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Established in 1985, the Workplace Safety and Insurance Appeals Tribunal (WSIAT) is the final level of appeal to which workers and employers may bring disputes concerning workplace safety and insurance matters in Ontario. WSIAT has always been separate from and independent of the Workplace Safety and Insurance Board.

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  Decision 233 20
2/27/2020
P. Allen - C. Sacco - S. Roth

  • Re-employment (termination)
  • Loss of earnings {LOE} (termination of employment)

The worker suffered a left hand injury in June 2014. The worker appealed a decision of the Appeals Resolution Officer finding that the employer did not breach its re-employment obligations and that the worker was not entitled to LOE benefits following termination of his employment in August 2015.
The employer terminated the worker's employment for violation of its lock/tag and safety policy. When the worker did not follow the policy, he was immediately suspended and then his employment was terminated. These disciplinary actions were as described in the policy. The termination was not related to the worker's injury. The employer did not breach its re-employment obligations.
There have been two main lines of Tribunal jurisprudence regarding entitlement to LOE benefits following termination of employment. One line of decisions (represented by Decision No. 2520/08I) found that, once the chain of causation was broken by a termination unrelated to the compensable injury, it was not necessary to consider whether the worker continued to have a loss related to the compensable injury. The other line of decisions (represented by Decision No. 925/15) first determines whether the termination was related to the work injury, then assesses if the job duties performed by the worker before the termination constituted sustainable and suitable modified work; if the worker was fired for reasons unrelated to the compensable injury and if sustainable modified work had been provided, it was then necessary to consider whether the chain of causation was broken by non-co-operation; if the worker was not co-operating, further benefits would likely not be in order; if the worker was co-operating, benefits would likely be in order.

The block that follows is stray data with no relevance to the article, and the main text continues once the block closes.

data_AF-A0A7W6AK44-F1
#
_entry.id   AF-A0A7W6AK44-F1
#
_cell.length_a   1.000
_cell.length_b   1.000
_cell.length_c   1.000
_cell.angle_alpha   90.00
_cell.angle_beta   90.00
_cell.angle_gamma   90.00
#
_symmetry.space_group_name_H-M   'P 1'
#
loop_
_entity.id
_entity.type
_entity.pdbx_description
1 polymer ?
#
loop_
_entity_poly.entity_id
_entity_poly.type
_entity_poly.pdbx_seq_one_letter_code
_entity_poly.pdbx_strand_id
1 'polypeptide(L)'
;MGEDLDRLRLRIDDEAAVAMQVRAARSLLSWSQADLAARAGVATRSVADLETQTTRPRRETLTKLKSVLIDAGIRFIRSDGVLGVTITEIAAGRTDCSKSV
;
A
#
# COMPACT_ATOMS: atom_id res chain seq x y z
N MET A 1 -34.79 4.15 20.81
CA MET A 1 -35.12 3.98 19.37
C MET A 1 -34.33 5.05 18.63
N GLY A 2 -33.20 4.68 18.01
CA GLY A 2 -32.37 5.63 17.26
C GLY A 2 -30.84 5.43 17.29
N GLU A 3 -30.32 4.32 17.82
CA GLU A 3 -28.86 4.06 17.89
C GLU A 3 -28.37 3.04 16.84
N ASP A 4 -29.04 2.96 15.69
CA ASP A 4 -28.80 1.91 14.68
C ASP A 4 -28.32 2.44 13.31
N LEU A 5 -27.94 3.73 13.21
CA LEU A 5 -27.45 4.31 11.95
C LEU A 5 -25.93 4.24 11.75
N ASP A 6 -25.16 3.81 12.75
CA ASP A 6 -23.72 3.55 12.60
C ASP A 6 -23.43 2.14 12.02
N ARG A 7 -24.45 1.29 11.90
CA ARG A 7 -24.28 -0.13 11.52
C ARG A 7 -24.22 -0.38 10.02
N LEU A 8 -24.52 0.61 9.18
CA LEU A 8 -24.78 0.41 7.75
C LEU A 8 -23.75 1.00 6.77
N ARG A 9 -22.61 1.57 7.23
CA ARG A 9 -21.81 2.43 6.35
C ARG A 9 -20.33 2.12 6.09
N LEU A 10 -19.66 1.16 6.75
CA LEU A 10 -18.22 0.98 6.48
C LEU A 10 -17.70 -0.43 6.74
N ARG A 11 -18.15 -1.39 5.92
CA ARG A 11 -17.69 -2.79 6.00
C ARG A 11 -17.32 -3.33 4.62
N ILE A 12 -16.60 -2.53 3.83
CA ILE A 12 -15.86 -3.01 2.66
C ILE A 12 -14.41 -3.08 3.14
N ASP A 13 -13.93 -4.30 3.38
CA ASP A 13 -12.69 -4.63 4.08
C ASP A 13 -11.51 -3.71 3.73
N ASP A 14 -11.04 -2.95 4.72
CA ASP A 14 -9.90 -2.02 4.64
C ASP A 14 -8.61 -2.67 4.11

The Panel preferred the approach in Decision No. 925/15.
In this case, the employer terminated the worker's employment for failure to apply company policy. However, the worker's actions were not deliberate or egregious; rather, they were based on misunderstanding of the employer's policy. As the worker was terminated for reasons unrelated to the accident and as the employer had suitable modified work, the Panel reviewed whether the worker co-operated with ESRTW. The Panel found that the worker did co-operate with ESRTW. The chain of causation between the compensable injury and the subsequent wage loss was not broken. The worker was entitled to further LOE benefits beyond August 2015.
The appeal was allowed in part.